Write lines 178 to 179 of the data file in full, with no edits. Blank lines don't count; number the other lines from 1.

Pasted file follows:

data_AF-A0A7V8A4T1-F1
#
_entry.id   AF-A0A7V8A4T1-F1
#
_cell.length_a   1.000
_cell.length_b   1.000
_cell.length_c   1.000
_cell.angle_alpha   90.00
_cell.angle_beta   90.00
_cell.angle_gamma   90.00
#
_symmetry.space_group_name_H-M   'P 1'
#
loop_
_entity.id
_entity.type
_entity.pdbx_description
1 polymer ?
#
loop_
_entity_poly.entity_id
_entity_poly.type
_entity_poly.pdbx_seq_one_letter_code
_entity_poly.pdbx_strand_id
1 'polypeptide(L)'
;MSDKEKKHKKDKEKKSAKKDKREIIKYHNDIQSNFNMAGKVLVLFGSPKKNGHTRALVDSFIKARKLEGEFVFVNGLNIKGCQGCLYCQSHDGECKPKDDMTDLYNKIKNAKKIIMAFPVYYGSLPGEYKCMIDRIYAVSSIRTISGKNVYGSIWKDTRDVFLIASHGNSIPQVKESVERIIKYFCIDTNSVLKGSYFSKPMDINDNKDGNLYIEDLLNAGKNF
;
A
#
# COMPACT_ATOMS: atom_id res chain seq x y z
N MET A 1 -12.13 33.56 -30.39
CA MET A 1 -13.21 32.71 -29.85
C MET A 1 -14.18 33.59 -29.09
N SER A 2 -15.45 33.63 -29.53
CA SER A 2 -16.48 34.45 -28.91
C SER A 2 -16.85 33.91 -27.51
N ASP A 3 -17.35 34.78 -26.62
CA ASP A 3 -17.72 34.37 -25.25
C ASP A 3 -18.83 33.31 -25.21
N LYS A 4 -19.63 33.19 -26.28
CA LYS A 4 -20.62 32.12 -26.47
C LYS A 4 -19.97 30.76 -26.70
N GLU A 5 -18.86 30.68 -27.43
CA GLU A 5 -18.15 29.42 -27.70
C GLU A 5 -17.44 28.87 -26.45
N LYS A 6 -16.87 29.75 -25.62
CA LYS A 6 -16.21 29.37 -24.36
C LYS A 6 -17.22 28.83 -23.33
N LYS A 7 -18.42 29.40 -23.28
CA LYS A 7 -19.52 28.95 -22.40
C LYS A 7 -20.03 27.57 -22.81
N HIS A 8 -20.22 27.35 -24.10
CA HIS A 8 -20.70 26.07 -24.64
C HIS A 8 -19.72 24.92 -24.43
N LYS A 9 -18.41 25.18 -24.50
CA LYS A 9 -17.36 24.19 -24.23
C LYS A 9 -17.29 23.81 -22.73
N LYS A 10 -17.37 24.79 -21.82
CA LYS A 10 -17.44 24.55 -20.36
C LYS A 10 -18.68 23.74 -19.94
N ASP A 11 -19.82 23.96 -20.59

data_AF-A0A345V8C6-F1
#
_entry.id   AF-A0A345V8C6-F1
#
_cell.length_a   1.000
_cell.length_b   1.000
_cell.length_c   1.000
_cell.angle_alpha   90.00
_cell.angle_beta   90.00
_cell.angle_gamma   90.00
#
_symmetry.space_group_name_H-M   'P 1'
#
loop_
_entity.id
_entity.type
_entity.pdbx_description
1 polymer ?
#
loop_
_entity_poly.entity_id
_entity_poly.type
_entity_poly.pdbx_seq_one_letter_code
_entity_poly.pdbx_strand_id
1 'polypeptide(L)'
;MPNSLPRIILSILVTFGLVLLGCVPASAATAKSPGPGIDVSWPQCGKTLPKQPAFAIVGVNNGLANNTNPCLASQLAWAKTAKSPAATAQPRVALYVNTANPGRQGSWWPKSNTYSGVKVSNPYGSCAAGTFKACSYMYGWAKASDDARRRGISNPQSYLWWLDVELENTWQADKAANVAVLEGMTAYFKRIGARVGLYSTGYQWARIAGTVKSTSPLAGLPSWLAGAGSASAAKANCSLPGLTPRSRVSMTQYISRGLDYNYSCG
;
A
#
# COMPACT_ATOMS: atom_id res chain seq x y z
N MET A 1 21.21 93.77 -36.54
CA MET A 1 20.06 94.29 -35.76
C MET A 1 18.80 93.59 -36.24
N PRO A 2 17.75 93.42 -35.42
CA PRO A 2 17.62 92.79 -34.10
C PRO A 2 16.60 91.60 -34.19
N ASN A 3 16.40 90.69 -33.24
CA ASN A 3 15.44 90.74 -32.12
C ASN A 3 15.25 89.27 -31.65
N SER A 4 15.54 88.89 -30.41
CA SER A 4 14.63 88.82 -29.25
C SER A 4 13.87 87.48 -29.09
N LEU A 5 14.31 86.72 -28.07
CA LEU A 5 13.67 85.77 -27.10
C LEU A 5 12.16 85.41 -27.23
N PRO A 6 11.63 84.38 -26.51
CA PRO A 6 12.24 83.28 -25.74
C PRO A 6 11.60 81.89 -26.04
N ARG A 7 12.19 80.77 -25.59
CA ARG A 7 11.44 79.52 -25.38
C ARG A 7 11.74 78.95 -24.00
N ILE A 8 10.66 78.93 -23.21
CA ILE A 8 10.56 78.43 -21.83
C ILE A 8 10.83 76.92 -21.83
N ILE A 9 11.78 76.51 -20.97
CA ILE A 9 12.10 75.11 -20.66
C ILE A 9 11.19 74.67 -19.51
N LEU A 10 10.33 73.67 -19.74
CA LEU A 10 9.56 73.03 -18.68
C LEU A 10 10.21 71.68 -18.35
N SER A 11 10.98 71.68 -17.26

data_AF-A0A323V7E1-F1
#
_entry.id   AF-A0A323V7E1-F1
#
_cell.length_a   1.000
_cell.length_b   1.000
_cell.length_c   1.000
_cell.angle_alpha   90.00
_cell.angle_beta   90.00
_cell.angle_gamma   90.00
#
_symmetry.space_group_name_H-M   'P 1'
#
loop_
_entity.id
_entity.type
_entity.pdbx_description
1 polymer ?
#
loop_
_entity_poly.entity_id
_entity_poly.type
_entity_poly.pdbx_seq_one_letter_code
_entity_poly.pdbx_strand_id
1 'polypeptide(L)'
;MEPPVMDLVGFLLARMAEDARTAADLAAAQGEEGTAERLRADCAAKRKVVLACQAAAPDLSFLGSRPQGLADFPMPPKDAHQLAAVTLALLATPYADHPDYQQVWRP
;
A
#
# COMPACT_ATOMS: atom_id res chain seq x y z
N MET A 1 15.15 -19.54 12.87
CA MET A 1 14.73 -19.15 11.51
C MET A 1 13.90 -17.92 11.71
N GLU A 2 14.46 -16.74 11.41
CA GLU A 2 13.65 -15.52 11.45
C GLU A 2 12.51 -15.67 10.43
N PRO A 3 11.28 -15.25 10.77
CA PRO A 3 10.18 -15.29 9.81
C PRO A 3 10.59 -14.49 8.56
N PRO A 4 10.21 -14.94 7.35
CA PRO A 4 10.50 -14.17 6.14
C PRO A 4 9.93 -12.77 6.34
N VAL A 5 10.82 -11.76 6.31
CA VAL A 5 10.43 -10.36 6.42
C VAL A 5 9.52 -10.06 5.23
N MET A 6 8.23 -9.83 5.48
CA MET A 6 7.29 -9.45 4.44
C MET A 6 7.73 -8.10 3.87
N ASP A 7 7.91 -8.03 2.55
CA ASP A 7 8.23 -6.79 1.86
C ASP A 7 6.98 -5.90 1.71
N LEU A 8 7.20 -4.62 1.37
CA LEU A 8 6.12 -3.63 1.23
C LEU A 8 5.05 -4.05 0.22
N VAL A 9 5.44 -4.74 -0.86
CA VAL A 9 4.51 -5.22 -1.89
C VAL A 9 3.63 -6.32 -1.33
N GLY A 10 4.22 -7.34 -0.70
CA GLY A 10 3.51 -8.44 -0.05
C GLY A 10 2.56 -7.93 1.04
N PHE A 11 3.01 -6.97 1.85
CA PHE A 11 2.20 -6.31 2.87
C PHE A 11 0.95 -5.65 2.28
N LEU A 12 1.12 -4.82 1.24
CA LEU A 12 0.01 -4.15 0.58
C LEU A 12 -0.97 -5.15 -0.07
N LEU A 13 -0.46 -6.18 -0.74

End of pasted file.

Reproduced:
CA VAL A 9 4.51 -5.22 -1.89
C VAL A 9 3.63 -6.32 -1.33